Rising to the ranks of global surf pros, Daisy Valdez represents the Philippines as its top female contender. To the public, she is one of the prized victors of women’s surfing in the country.
At home, Daisy considers herself simply as a full-time mother of two, to her son Tonton, 16, and her daughter Kaila, 11. She prides in describing her relationship with the two, sharing that “yung relationship ko with them is very barkada.” It’s clear to Daisy that it’s her priority to have a strong bond with her kids, and to always spend time with them as “just like we’re best friends.”
A mother of two
It goes without saying, Daisy is big on communication and trust: These are what make up her armor in protecting Tonton and Kaila 101%. But how does communication and trust look like? For a mother with two young kids, she gives them the freedom to grow up and explore on their own, within safe and healthy boundaries. This means allowing Tonton and Kaila their privacy, but also teaching them the value of voicing out their concerns to none other than their own mother.
“Bata pa sila. Para saakin, yung mga stuff that they are going through are normal,” she says. “Pero if they have secrets, mas mabuti na saakin nila sinasabi, para I can give them advice din.”
Nowadays, Daisy spends much of her morning double-training for the Olympics Final Qualifying Round at Surf City in El Salvador. After, she guides her kids with their school modules, a “mommy duty” as she likes to call it. And in between, she finds time to engage in business sidelines for extra income. A true hustler, the pro surfer is also trying her hand at entrepreneurship–from lako-style selling of frozen goods, to opening Ripper’s Grill, La Union’s up-and-coming ihawan. Inspired by the growth of an affordable food stall in Siargao, she combined ideas with fellow Philippine Team members Jay-r and Ian. Progress is well on its way, even at the mercy of a modern-day pandemic.
With a lot on her plate, her free time is all about lounging while watching surf movies and a replay of surf competitions–a self-care activity that, subconsciously to Daisy, optimizes a source of her family’s sustenance: Professional surfing. In becoming a better athlete, she also becomes a better provider.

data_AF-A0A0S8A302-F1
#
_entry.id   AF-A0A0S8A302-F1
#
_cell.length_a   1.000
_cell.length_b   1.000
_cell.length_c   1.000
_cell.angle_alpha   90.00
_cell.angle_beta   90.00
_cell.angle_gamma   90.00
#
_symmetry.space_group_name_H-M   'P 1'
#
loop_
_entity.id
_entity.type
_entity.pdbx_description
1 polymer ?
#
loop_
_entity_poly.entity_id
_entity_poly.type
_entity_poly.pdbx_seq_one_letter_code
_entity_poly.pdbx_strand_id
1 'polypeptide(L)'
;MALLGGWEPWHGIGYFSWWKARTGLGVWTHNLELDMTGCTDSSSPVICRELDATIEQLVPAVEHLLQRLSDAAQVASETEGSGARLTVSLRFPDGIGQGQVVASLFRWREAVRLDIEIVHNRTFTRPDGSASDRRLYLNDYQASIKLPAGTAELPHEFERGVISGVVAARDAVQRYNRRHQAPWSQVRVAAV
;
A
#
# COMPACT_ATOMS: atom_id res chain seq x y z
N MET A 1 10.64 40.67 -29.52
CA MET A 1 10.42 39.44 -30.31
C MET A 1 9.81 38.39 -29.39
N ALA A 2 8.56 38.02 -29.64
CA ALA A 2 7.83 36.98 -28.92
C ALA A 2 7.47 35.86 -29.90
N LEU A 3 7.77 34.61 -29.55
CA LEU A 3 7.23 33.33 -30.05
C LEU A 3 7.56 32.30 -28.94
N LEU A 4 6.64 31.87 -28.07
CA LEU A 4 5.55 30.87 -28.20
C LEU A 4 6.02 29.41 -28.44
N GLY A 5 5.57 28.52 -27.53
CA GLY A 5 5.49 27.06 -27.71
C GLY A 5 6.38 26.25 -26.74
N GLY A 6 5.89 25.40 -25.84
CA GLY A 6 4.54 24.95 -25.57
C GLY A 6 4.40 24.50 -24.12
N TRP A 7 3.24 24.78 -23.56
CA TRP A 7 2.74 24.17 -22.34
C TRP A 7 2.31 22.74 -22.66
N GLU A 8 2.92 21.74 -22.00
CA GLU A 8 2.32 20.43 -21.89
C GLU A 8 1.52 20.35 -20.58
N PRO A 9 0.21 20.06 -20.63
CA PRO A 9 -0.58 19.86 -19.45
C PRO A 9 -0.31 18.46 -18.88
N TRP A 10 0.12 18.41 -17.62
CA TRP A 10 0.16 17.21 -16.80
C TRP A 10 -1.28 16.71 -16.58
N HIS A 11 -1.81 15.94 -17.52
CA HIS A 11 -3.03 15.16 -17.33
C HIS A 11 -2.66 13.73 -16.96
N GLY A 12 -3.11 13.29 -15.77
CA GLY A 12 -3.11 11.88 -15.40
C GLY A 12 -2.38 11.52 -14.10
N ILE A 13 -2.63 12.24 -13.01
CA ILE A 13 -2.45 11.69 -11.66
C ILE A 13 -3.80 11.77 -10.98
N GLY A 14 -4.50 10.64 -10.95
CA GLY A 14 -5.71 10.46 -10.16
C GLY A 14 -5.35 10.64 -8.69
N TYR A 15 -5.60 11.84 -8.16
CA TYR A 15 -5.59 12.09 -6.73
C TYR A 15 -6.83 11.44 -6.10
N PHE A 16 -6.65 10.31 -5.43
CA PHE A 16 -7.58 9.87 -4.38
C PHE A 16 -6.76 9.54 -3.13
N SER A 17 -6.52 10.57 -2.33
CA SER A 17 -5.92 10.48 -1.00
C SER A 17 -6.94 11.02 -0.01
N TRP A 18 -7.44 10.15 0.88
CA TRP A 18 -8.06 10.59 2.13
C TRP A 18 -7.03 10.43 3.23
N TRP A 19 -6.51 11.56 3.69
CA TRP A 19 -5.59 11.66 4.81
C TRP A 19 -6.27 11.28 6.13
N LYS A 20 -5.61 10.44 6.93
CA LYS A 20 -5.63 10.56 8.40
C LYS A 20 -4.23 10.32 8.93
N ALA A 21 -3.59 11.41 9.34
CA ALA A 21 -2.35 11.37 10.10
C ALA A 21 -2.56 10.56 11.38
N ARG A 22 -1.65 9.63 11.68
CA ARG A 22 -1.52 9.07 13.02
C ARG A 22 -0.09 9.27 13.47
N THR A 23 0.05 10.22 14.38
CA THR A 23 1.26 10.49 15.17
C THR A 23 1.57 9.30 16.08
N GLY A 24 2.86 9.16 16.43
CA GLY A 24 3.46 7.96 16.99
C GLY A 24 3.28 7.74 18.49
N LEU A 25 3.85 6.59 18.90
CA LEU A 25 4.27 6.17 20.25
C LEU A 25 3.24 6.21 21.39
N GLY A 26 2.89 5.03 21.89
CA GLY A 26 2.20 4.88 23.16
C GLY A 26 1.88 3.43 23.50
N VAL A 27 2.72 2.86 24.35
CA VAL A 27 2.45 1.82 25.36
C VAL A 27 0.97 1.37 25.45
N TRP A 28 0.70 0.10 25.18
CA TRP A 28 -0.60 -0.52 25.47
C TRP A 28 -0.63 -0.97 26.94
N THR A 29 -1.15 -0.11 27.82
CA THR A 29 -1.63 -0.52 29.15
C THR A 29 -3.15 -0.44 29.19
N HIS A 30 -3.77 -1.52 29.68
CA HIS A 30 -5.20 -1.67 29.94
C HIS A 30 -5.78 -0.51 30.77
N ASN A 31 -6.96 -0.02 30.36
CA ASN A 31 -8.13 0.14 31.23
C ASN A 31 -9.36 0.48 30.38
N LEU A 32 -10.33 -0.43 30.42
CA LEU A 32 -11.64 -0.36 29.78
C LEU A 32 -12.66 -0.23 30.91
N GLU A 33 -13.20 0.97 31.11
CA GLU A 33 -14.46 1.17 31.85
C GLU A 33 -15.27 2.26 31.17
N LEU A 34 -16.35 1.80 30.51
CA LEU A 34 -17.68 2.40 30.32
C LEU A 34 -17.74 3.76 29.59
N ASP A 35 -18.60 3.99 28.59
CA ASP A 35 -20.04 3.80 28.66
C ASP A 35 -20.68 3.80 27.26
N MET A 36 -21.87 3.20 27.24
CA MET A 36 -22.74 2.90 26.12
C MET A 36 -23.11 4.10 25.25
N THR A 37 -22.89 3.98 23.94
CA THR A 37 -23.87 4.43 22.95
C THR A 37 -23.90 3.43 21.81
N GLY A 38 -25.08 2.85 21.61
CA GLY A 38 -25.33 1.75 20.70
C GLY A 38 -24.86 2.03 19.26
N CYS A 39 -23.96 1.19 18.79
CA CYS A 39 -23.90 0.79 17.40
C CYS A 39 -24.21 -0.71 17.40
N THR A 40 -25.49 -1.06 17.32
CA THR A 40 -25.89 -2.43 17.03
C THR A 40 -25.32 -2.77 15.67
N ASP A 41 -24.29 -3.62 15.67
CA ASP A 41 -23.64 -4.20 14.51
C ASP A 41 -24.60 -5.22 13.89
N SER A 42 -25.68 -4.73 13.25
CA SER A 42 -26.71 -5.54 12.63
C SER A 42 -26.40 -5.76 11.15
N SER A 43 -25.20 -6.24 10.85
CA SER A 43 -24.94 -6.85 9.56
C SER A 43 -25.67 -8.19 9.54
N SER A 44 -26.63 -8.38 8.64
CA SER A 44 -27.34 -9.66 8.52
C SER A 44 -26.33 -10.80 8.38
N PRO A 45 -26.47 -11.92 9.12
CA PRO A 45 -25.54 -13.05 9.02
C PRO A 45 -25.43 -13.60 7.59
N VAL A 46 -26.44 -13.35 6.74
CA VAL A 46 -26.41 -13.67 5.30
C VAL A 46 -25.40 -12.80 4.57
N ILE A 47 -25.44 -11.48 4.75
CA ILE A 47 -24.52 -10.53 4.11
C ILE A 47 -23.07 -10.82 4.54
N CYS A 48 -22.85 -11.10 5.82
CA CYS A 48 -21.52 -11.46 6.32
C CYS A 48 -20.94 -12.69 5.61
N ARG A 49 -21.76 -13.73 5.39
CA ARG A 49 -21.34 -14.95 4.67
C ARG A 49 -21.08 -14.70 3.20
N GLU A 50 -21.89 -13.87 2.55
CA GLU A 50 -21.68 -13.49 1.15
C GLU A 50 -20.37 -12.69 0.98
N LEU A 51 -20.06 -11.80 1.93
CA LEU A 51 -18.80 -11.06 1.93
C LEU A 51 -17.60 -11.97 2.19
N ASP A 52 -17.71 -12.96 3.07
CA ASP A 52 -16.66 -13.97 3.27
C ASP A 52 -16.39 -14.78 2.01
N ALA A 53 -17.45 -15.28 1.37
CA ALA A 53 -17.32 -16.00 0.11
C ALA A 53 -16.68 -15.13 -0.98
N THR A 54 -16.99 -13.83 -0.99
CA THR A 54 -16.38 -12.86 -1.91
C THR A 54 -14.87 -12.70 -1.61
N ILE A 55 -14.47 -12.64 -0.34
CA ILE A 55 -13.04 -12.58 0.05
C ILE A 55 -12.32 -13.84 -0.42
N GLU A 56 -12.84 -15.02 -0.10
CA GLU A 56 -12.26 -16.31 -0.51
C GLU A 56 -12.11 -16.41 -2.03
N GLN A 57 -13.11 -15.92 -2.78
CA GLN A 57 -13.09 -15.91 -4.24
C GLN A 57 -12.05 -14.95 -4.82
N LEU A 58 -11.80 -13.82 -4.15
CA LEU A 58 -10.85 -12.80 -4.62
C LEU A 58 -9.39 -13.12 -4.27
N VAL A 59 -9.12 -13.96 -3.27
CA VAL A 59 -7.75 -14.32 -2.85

Given her experience with competitions, Daisy is unfazed by life’s curveballs. She is fully aware of the unseen challenges that befall on athletes, mothers, as well as small business owners. She reiterates, “hindi naman maalis yung mga challenges at mistakes. Dun ka mas matututo eh.” Often, she wants to be in all places at once, fulfilling numerous tasks, as a mother would do on a daily basis. Although there are days that her body gives in. “Lahat naman tayo ganun, di ba? Kahit may gusto kang gawin, minsan mag-disagree yung katawan mo.” A way to counter this issue is splitting chores in the household, day to day.
Simple, loving, and supportive: these are how you can describe Daisy and her family. Her husband Jeff also plays a vital role as a father. When the time comes that she needs to prioritize her physical needs and mental health, Jeff is always more than ready to be hands-on, 24/7.
Living the dream
Looking ahead, Daisy is prepared to make their dreams happen. She shares, “gusto ko talaga mag out of the country vacation kasama ng kids.” As parents, their dream is ultimately geared towards their children’s future. “Dream namin na dalhin sila to a place para makapag surf kami as a family,” she envisions, “na walang ibang iniisip. Important din kasi samin na makita nila yung world. Part yun ng growth nila.“ As a mother and provider, she prioritizes not only the daily cost of living a quality life, but assuring the future of her family as well.
They say that parents will never truly know everything about their kids, but mothers will always know best. Uttering the word “mommy” is a universal acknowledgement of respect, love, and sometimes a cry for help.
Day in and day out, Filipino mothers like Daisy endure and pull through the constant grind that comes with raising a family, building a stable career, and reaching goals and milestones. For mothers, there will always be countless moving parts, more than we know. This is why we say that, perhaps, it should always be mother’s day.